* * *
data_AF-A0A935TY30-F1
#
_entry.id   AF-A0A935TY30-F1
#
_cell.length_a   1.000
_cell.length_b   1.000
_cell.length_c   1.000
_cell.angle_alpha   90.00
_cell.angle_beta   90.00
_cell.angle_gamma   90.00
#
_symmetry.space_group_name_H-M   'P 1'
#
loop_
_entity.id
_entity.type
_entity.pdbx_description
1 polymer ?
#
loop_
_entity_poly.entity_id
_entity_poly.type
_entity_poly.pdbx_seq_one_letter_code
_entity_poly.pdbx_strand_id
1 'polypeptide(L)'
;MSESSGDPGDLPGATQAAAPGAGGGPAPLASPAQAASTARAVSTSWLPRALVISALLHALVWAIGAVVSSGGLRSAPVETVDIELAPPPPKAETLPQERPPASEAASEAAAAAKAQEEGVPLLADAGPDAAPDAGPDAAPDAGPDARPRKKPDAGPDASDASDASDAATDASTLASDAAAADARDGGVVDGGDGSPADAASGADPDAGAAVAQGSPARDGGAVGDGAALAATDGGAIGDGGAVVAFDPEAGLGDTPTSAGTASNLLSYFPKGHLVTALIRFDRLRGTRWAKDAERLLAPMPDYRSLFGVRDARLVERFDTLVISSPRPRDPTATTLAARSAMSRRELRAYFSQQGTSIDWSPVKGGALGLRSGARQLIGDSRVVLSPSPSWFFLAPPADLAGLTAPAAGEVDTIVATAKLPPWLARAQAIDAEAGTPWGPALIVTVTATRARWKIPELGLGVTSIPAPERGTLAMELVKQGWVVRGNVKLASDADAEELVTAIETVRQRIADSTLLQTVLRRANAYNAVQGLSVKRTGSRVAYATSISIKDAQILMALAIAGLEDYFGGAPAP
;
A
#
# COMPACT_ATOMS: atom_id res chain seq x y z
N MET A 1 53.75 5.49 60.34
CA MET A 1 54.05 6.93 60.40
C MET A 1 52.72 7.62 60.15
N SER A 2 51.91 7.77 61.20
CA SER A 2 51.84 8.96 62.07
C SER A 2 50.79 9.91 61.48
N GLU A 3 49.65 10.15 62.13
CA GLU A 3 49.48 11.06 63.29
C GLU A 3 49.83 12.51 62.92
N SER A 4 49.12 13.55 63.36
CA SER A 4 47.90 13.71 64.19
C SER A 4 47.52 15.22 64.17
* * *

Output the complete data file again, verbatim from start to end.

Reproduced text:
data_AF-A0A935TY30-F1
#
_entry.id   AF-A0A935TY30-F1
#
_cell.length_a   1.000
_cell.length_b   1.000
_cell.length_c   1.000
_cell.angle_alpha   90.00
_cell.angle_beta   90.00
_cell.angle_gamma   90.00
#
_symmetry.space_group_name_H-M   'P 1'
#
loop_
_entity.id
_entity.type
_entity.pdbx_description
1 polymer ?
#
loop_
_entity_poly.entity_id
_entity_poly.type
_entity_poly.pdbx_seq_one_letter_code
_entity_poly.pdbx_strand_id
1 'polypeptide(L)'
;MSESSGDPGDLPGATQAAAPGAGGGPAPLASPAQAASTARAVSTSWLPRALVISALLHALVWAIGAVVSSGGLRSAPVETVDIELAPPPPKAETLPQERPPASEAASEAAAAAKAQEEGVPLLADAGPDAAPDAGPDAAPDAGPDARPRKKPDAGPDASDASDASDAATDASTLASDAAAADARDGGVVDGGDGSPADAASGADPDAGAAVAQGSPARDGGAVGDGAALAATDGGAIGDGGAVVAFDPEAGLGDTPTSAGTASNLLSYFPKGHLVTALIRFDRLRGTRWAKDAERLLAPMPDYRSLFGVRDARLVERFDTLVISSPRPRDPTATTLAARSAMSRRELRAYFSQQGTSIDWSPVKGGALGLRSGARQLIGDSRVVLSPSPSWFFLAPPADLAGLTAPAAGEVDTIVATAKLPPWLARAQAIDAEAGTPWGPALIVTVTATRARWKIPELGLGVTSIPAPERGTLAMELVKQGWVVRGNVKLASDADAEELVTAIETVRQRIADSTLLQTVLRRANAYNAVQGLSVKRTGSRVAYATSISIKDAQILMALAIAGLEDYFGGAPAP
;
A
#
# COMPACT_ATOMS: atom_id res chain seq x y z
N MET A 1 53.75 5.49 60.34
CA MET A 1 54.05 6.93 60.40
C MET A 1 52.72 7.62 60.15
N SER A 2 51.91 7.77 61.20
CA SER A 2 51.84 8.96 62.07
C SER A 2 50.79 9.91 61.48
N GLU A 3 49.65 10.15 62.13
CA GLU A 3 49.48 11.06 63.29
C GLU A 3 49.83 12.51 62.92
N SER A 4 49.12 13.55 63.36
CA SER A 4 47.90 13.71 64.19
C SER A 4 47.52 15.22 64.17